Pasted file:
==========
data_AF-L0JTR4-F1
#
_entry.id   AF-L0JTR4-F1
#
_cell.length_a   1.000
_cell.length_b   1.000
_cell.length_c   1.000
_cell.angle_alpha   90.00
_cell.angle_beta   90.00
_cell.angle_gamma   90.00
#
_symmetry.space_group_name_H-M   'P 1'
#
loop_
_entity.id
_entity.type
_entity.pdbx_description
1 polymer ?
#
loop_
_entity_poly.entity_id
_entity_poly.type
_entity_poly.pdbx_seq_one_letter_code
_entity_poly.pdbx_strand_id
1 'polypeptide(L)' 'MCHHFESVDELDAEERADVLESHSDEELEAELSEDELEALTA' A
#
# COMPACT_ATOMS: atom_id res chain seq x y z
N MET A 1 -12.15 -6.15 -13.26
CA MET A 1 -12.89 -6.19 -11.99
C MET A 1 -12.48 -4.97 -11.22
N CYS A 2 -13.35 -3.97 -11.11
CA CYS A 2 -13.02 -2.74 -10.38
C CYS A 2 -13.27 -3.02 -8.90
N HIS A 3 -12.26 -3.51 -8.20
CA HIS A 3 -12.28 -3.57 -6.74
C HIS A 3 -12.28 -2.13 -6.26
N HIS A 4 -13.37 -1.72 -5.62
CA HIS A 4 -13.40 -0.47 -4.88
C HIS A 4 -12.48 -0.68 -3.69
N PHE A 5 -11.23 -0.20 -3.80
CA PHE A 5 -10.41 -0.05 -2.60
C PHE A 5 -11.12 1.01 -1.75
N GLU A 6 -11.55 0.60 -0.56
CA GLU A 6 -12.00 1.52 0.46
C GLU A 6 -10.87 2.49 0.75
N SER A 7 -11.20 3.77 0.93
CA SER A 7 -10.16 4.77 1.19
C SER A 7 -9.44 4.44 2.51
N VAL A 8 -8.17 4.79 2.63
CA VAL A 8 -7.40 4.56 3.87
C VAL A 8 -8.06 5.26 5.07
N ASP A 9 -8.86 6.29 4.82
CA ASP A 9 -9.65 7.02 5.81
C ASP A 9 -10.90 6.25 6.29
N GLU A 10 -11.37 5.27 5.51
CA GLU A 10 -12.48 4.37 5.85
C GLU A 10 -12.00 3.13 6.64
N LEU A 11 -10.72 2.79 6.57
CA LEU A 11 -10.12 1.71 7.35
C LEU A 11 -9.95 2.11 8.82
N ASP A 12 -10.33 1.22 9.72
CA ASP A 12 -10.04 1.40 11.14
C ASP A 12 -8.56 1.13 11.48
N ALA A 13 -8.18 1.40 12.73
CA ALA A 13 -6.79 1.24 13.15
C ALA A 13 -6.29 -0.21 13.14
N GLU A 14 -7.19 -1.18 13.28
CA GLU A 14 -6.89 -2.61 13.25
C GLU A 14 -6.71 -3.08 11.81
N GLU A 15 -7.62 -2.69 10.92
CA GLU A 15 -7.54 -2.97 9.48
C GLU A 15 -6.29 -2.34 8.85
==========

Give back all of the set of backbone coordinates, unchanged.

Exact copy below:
data_AF-L0JTR4-F1
#
_entry.id   AF-L0JTR4-F1
#
_cell.length_a   1.000
_cell.length_b   1.000
_cell.length_c   1.000
_cell.angle_alpha   90.00
_cell.angle_beta   90.00
_cell.angle_gamma   90.00
#
_symmetry.space_group_name_H-M   'P 1'
#
loop_
_entity.id
_entity.type
_entity.pdbx_description
1 polymer ?
#
loop_
_entity_poly.entity_id
_entity_poly.type
_entity_poly.pdbx_seq_one_letter_code
_entity_poly.pdbx_strand_id
1 'polypeptide(L)' 'MCHHFESVDELDAEERADVLESHSDEELEAELSEDELEALTA' A
#
# COMPACT_ATOMS: atom_id res chain seq x y z
N MET A 1 -12.15 -6.15 -13.26
CA MET A 1 -12.89 -6.19 -11.99
C MET A 1 -12.48 -4.97 -11.22
N CYS A 2 -13.35 -3.97 -11.11
CA CYS A 2 -13.02 -2.74 -10.38
C CYS A 2 -13.27 -3.02 -8.90
N HIS A 3 -12.26 -3.51 -8.20
CA HIS A 3 -12.28 -3.57 -6.74
C HIS A 3 -12.28 -2.13 -6.26
N HIS A 4 -13.37 -1.72 -5.62
CA HIS A 4 -13.40 -0.47 -4.88
C HIS A 4 -12.48 -0.68 -3.69
N PHE A 5 -11.23 -0.20 -3.80
CA PHE A 5 -10.41 -0.05 -2.60
C PHE A 5 -11.12 1.01 -1.75
N GLU A 6 -11.55 0.60 -0.56
CA GLU A 6 -12.00 1.52 0.46
C GLU A 6 -10.87 2.49 0.75
N SER A 7 -11.20 3.77 0.93
CA SER A 7 -10.16 4.77 1.19
C SER A 7 -9.44 4.44 2.51
N VAL A 8 -8.17 4.79 2.63
CA VAL A 8 -7.40 4.56 3.87
C VAL A 8 -8.06 5.26 5.07
N ASP A 9 -8.86 6.29 4.82
CA ASP A 9 -9.65 7.02 5.81
C ASP A 9 -10.90 6.25 6.29
N GLU A 10 -11.37 5.27 5.51
CA GLU A 10 -12.48 4.37 5.85
C GLU A 10 -12.00 3.13 6.64
N LEU A 11 -10.72 2.79 6.57
CA LEU A 11 -10.12 1.71 7.35
C LEU A 11 -9.95 2.11 8.82
N ASP A 12 -10.33 1.22 9.72
CA ASP A 12 -10.04 1.40 11.14
C ASP A 12 -8.56 1.13 11.48
N ALA A 13 -8.18 1.40 12.73
CA ALA A 13 -6.79 1.24 13.15
C ALA A 13 -6.29 -0.21 13.14
N GLU A 14 -7.19 -1.18 13.28
CA GLU A 14 -6.89 -2.61 13.25
C GLU A 14 -6.71 -3.08 11.81
N GLU A 15 -7.62 -2.69 10.92
CA GLU A 15 -7.54 -2.97 9.48
C GLU A 15 -6.29 -2.34 8.85